All meetings were cancelled by the U.S. government and the committee was forced to end its trip prematurely.[26] According to a BBC correspondent in May 2001, “The US Government still refuses to admit that Echelon even exists.”[5]

In July 2001, the Temporary Committee on the ECHELON Interception System released its final report.[27] On 5 September 2001, the European Parliament voted to accept the committee’s report.[28]

The European Parliament stated in its report that the term ECHELON is used in a number of contexts, but that the evidence presented indicates that it was the name for a signals intelligence collection system. The report concludes that, on the basis of information presented, ECHELON was capable of interception and content inspection of telephone calls, fax, e-mail and other data traffic globally through the interception of communication bearers including satellite transmission, public switched telephone networks (which once carried most Internet traffic), and microwave links.[7]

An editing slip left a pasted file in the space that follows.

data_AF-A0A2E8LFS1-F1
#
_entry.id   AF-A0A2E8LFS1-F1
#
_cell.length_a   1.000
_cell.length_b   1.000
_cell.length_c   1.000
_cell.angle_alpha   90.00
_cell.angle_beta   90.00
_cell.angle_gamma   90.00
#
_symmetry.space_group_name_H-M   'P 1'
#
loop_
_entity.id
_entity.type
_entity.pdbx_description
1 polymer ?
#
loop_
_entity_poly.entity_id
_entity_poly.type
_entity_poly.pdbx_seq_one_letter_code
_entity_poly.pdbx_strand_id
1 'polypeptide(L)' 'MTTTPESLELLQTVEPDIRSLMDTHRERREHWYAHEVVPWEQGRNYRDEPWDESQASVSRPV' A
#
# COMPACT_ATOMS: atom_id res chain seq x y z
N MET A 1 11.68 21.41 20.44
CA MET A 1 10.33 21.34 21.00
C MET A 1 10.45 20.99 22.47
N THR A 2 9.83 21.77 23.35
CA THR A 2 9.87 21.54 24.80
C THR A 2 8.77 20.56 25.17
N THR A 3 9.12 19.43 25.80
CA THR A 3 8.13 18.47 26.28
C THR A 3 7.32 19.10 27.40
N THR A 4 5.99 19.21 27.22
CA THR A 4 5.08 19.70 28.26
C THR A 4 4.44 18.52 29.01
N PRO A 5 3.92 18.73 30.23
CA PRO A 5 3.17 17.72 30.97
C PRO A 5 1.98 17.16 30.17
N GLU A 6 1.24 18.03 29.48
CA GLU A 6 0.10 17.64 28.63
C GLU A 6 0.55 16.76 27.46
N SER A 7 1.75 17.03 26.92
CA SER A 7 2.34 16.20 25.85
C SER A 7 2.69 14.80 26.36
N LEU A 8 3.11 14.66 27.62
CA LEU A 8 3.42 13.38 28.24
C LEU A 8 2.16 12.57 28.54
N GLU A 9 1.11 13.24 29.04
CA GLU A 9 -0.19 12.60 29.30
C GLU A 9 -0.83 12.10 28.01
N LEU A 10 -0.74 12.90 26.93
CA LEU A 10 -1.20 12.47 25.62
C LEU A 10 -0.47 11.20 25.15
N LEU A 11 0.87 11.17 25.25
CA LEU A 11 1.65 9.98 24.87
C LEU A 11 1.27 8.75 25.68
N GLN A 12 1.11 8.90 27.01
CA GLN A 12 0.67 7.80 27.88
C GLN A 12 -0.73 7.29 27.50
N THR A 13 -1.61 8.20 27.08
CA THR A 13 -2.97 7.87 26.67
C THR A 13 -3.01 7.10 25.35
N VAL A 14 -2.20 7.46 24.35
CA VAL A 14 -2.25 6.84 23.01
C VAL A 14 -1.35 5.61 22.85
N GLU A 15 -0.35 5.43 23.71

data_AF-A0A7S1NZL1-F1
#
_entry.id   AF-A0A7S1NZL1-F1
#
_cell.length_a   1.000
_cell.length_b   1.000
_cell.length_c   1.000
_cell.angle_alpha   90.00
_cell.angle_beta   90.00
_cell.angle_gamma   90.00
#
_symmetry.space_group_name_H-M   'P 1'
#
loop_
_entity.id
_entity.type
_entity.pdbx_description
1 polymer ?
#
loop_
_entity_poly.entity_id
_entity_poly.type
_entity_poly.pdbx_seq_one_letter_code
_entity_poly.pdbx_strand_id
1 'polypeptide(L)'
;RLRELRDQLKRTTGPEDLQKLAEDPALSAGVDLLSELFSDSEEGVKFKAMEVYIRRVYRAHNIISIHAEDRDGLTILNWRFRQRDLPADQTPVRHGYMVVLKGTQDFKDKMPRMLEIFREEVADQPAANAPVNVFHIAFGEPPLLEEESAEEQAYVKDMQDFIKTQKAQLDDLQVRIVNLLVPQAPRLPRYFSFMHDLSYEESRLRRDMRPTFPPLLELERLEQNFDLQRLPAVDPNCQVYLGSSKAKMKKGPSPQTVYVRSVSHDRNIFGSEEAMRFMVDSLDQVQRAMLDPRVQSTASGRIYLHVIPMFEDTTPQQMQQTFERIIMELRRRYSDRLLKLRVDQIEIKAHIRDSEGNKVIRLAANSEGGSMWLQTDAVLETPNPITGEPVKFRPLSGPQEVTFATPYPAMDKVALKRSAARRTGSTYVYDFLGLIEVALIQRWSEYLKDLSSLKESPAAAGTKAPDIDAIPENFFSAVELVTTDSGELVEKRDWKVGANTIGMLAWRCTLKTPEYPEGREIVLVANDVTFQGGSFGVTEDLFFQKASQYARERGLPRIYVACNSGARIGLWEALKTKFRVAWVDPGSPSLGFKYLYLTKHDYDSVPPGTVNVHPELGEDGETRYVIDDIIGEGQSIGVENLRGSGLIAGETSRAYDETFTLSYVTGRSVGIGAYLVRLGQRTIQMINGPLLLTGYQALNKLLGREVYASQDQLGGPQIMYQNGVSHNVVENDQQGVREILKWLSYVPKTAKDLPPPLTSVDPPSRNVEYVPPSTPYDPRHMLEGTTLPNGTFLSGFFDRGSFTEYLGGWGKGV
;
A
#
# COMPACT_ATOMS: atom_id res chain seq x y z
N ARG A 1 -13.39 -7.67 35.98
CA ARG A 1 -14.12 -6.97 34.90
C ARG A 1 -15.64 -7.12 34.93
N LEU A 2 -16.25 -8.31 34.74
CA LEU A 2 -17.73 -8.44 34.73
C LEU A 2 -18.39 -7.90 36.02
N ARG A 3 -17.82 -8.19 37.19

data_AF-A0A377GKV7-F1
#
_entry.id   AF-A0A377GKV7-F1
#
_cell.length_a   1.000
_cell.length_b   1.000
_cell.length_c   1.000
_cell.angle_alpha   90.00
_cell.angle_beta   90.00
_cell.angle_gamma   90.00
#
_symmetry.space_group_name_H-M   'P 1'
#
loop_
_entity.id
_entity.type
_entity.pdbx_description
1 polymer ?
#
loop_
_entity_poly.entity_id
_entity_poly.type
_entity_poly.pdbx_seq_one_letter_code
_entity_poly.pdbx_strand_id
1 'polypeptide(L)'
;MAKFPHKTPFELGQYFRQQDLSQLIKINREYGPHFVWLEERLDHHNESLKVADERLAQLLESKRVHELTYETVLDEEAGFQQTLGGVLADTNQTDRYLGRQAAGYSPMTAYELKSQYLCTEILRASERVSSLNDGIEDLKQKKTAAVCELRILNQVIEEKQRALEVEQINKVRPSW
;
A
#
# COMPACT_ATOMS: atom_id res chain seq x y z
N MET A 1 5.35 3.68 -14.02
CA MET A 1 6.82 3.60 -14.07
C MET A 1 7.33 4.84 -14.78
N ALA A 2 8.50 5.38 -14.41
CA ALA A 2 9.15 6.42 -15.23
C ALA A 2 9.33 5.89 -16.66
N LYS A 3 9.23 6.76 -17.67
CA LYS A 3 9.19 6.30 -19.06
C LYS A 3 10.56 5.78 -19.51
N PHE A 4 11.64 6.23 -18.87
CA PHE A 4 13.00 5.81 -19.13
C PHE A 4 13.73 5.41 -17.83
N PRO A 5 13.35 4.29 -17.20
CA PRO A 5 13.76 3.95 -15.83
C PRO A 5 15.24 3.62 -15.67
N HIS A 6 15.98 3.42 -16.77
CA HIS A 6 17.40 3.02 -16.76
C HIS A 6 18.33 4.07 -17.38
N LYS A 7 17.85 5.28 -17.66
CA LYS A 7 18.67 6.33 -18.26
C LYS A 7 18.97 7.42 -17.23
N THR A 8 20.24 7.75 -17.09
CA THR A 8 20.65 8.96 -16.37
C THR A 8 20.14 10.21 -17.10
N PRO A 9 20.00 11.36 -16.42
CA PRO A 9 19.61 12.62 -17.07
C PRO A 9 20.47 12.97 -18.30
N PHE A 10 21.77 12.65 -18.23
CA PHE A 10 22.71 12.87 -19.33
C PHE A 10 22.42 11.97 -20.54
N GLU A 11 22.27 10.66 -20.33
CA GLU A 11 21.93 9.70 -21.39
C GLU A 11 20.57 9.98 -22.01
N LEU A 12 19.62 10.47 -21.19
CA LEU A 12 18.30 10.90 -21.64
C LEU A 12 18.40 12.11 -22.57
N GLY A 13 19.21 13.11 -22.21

Confirmation of ECHELON (2015)
Two internal NSA newsletters from January 2011 and July 2012, published as part of the Snowden-revelations by the website The Intercept on 3 August 2015, for the first time confirmed that NSA used the code word ECHELON and provided some details about the scope of the program: ECHELON was part of an umbrella program code named FROSTING, which was established by the NSA in 1966 to collect and process data from communications satellites. FROSTING had two sub-programs:[29]

TRANSIENT: for intercepting Soviet satellite transmissions